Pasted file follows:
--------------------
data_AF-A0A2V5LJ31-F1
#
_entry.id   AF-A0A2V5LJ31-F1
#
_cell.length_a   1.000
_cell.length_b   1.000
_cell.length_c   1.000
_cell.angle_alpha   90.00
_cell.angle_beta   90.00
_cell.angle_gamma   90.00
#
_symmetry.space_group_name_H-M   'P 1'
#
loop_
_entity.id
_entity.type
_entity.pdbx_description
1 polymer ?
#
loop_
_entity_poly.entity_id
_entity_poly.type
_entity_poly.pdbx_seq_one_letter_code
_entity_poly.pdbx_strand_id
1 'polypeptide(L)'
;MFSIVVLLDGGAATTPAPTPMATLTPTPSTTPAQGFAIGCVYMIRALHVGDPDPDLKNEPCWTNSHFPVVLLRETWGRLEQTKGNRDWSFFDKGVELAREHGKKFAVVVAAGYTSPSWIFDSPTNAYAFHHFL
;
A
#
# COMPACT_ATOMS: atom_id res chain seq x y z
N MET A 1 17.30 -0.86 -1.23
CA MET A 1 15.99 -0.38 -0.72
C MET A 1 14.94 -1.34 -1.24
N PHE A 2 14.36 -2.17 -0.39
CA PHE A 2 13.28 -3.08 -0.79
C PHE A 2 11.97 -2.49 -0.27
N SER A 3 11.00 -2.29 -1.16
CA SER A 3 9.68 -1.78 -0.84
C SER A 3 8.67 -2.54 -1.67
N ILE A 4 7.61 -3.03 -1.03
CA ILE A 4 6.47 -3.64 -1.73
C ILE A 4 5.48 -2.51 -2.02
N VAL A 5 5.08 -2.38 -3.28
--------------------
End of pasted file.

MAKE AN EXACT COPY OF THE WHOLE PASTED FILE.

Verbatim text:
data_AF-A0A2V5LJ31-F1
#
_entry.id   AF-A0A2V5LJ31-F1
#
_cell.length_a   1.000
_cell.length_b   1.000
_cell.length_c   1.000
_cell.angle_alpha   90.00
_cell.angle_beta   90.00
_cell.angle_gamma   90.00
#
_symmetry.space_group_name_H-M   'P 1'
#
loop_
_entity.id
_entity.type
_entity.pdbx_description
1 polymer ?
#
loop_
_entity_poly.entity_id
_entity_poly.type
_entity_poly.pdbx_seq_one_letter_code
_entity_poly.pdbx_strand_id
1 'polypeptide(L)'
;MFSIVVLLDGGAATTPAPTPMATLTPTPSTTPAQGFAIGCVYMIRALHVGDPDPDLKNEPCWTNSHFPVVLLRETWGRLEQTKGNRDWSFFDKGVELAREHGKKFAVVVAAGYTSPSWIFDSPTNAYAFHHFL
;
A
#
# COMPACT_ATOMS: atom_id res chain seq x y z
N MET A 1 17.30 -0.86 -1.23
CA MET A 1 15.99 -0.38 -0.72
C MET A 1 14.94 -1.34 -1.24
N PHE A 2 14.36 -2.17 -0.39
CA PHE A 2 13.28 -3.08 -0.79
C PHE A 2 11.97 -2.49 -0.27
N SER A 3 11.00 -2.29 -1.16
CA SER A 3 9.68 -1.78 -0.84
C SER A 3 8.67 -2.54 -1.67
N ILE A 4 7.61 -3.03 -1.03
CA ILE A 4 6.47 -3.64 -1.73
C ILE A 4 5.48 -2.51 -2.02
N VAL A 5 5.08 -2.38 -3.28